"but they were running rampant through there, while others had managed to hammer past two firewalls and were getting to his final line of defense. Somebody had managed a zero day exploit on Blowfish. And more were coming in!"
With all these blowing fish running rampant whilst hammering at walls of fire, I'm surprised there was not a "time to pull the plug and let the attack wash it's self out"
Ahh the endless fun that can be had from this.
It's time your cipher names evolved and crawled up the beach befor hitting the trees.
How about "LeapFish", "SoarTrout", "HopSkipper", "BogBreacher" "LoamCreeper", "RootLurker", "TrunkTransverser" and last but not least the real heavy weight "BoughBreaker" 8)
It has been pointed out to me that "leapfish" has been taken by some up and comming search engine (no I'd not heard of it either)
So I thoiught OK how about "jumpfish", a quick google and that had been taken.
So a quick look in a thesaurus and further googling shows that "*fish" is popular.
However it looks like "friskfish" and "vaultfish" are still available.
Which begs the question what is it with "fish"...
Go Fish. Bots come fishing, trying to byte. Blowfish puffs up and blocks the entrance.
My uninformed wag ... (g)
thanks for posting this - I'll be sure to add this book to my "don't bother reading" list... "honey trap"? seriously? *sigh* (it's honey pot...)
A "honey trap" in espionage (or at least in espionage fiction) is a woman, a.k.a. a "Venus trap", who seduces our hero and tries to steal his secrets during pillow talk. If you're a hack writer, cribbing bad cliches from wherever you can pick 'em up, it's probably easy to get your genres mixed.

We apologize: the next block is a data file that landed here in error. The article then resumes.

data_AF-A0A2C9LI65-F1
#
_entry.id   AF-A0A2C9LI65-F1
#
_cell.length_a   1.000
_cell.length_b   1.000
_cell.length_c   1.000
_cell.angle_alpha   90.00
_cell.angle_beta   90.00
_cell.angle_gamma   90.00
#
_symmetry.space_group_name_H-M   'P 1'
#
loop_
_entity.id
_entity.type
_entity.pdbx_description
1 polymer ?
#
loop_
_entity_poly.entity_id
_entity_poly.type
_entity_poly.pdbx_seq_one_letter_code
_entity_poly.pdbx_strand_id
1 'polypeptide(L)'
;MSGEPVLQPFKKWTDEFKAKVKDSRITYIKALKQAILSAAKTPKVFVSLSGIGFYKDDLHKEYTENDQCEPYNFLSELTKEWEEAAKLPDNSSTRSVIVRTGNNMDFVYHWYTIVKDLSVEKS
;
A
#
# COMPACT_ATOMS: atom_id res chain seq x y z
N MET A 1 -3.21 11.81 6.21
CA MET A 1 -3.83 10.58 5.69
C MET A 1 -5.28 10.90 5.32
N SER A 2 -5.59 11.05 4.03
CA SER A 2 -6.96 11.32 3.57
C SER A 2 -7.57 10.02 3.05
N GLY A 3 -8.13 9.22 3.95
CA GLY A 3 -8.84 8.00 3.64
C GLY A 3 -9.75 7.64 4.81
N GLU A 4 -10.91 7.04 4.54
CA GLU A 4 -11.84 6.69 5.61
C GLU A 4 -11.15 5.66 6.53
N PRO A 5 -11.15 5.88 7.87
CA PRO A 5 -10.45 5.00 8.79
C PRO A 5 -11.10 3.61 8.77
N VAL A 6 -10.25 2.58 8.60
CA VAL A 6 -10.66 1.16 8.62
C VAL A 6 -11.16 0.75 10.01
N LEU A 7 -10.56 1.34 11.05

(Oh, and by the way: when my father was stationed in Japan in the '40s, "honey pot" was what they called the big jars that carried s**t between chamber pot and farmer's field.)
In network security jargon a honey pot is a system that exists only to provide attackers with a target featuring known exploitable holes and no real data. It's usually a virtual machine with monitoring systems to analyze and track back hack attempts. The sourceforge "honeytrap" system mentioned above is one such monitoring system.
Yay for Hollywood Hacking!
Star-trek technobabble. Blowfish is the new deflector dish.
Attention, all wanna-be cyberpunk SF authors: repeat after me
" A network packet is not an intentional entity. "
If you get this wrong in your novels I will force you to write it out 100 times longhand, like the idiot children you obviously are.
This would be an example of what I call "Dan Brown Science" - to write a book where a major plot device is "foo", obtain several papers on "foo", search for interesting looking words or phrases the paper's writer appears to feel are important, then drop them liberally into any descriptions you might have to provide without any real understanding or desire to understand what they mean or what context they should be used in.
This is the same thing that got me as far as "rotating plaintext" in one book before it was flung violently at a wall at the far side of the room....
> This is the same thing that got me as far as "rotating plaintext" in one book before it was flung violently at a wall at the far side of the room....
I'm guessing it's too much to hope they were talking about ROT13 or the Caesar cipher...